Military, Political, and Economic Integration[edit]

This editorial comment keeps getting inserted into the article:

"Sometime, when discussed as a geographical, rather than a political term, parts of the Syrian Desert countries (Iraq, Jordan and Syria) are also considered to be part of the peninsula [4] and some usage includes the entire subcontinent of Arabia is.[5]"

That is a WP:Synth personal opinion. Neither the Encarta Syrian Desert article, nor the USGS oil and gas province map support the idea that Iraq, Jordan and Syria aren't politically integrated, i.e. "when used as geographical, rather than political term" with the other countries in the southern peninsula. The Encarta article specifically mentions interstate pipelines and highways. See for example the political dispute over Saudi Arabia's seizure of Iraq's pipeline to the Red Sea coast terminal at Al-Mu'ajiz.

Syria was part of the Gulf War multinational coalition and signed the regional defense agreement with the GCC afterward. see The Middle East And The United States: A Historical and Political Reassessment, By David W Lesch, Published by Westview Press, 2003, ISBN 0813339405, page 419

The GCC website explains that "After the aggression against the State of Kuwait, the membership of Iraq in the GCC institutions was discontinued." see GCC statement on Media Cooperation "The GCC States supported the Document of The International Compact with Iraq that was adopted at Sharm El-Sheikh on 4-5 May 2007." It calls for restoration of regional economic integration with the neighboring states and accession of Iraq to the GCC. see Political Affairs

The UN Economic and Social Council for Southwest Asia Region see map here includes the Sinai (Egypt), Saudi Arabia, Qatar, Bahrain, the United Arab Emirates, Iraq, Jordan, Kuwait, Lebanon, Oman, the Palestinian Authority, Syria, and Yemen.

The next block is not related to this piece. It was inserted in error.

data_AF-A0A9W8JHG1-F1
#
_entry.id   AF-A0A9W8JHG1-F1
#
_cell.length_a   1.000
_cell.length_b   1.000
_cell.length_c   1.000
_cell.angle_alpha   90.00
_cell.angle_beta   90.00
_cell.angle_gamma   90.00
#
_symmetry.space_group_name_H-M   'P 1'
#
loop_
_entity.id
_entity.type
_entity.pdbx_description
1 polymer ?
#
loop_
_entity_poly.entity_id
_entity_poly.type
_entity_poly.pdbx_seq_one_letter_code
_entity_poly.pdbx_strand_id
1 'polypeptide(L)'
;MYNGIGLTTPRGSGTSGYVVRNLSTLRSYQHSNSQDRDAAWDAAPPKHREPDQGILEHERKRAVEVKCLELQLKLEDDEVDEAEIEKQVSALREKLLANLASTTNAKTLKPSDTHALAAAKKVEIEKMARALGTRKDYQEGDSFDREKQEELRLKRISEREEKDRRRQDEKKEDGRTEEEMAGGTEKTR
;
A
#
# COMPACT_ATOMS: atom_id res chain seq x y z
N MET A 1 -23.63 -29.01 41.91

All of those States and the Palestinian territories are part of a Customs Union that became a Free Trade Zone back in January of 2005. see Greater free Arab trade zone in effect as of today.

In addition, the GCC approved Yemen's accession to the GCC Standardization Authority, Gulf Organization for Industrial Consultancy, GCC Auditing and Accounting Authority, Gulf Radio and TV Authority, The GCC Council of Health Ministers, The GCC Education and Training Bureau, The GCC Council of Labor & and Social Affairs Ministers, and The Gulf Cup Football Tournament. The Council issued directives that all the necessary legal measures be taken so that Yemen would have the same rights and obligations of GCC member states in those institutions. see The Closing Statement of the Twenty Second Session GCC The Final Communiqué of The 29th Session

The GCC has also sponsored youth work camps to provide employment and public works programs in Syria (1993), Egypt (1995), Lebanon (1999) and Jordan (2001). Projects have included afforestaion, leveling of agricultural lands, building study chambers, installation of water pipelines, construction of training centers and reconstitution of schools, scientific centers, and youth facilities. see Joint Youth Action harlan (talk) 10:58, 9 February 2009 (UTC)

This article is on the Arabian Peninsula, which includes the seven countries mentioned (see encarta and britannica's entries on the Arabian Peninsula). All the above discussion on the GCC is entirely irrelevant. Mashkin (talk) 16:27, 9 February 2009 (UTC)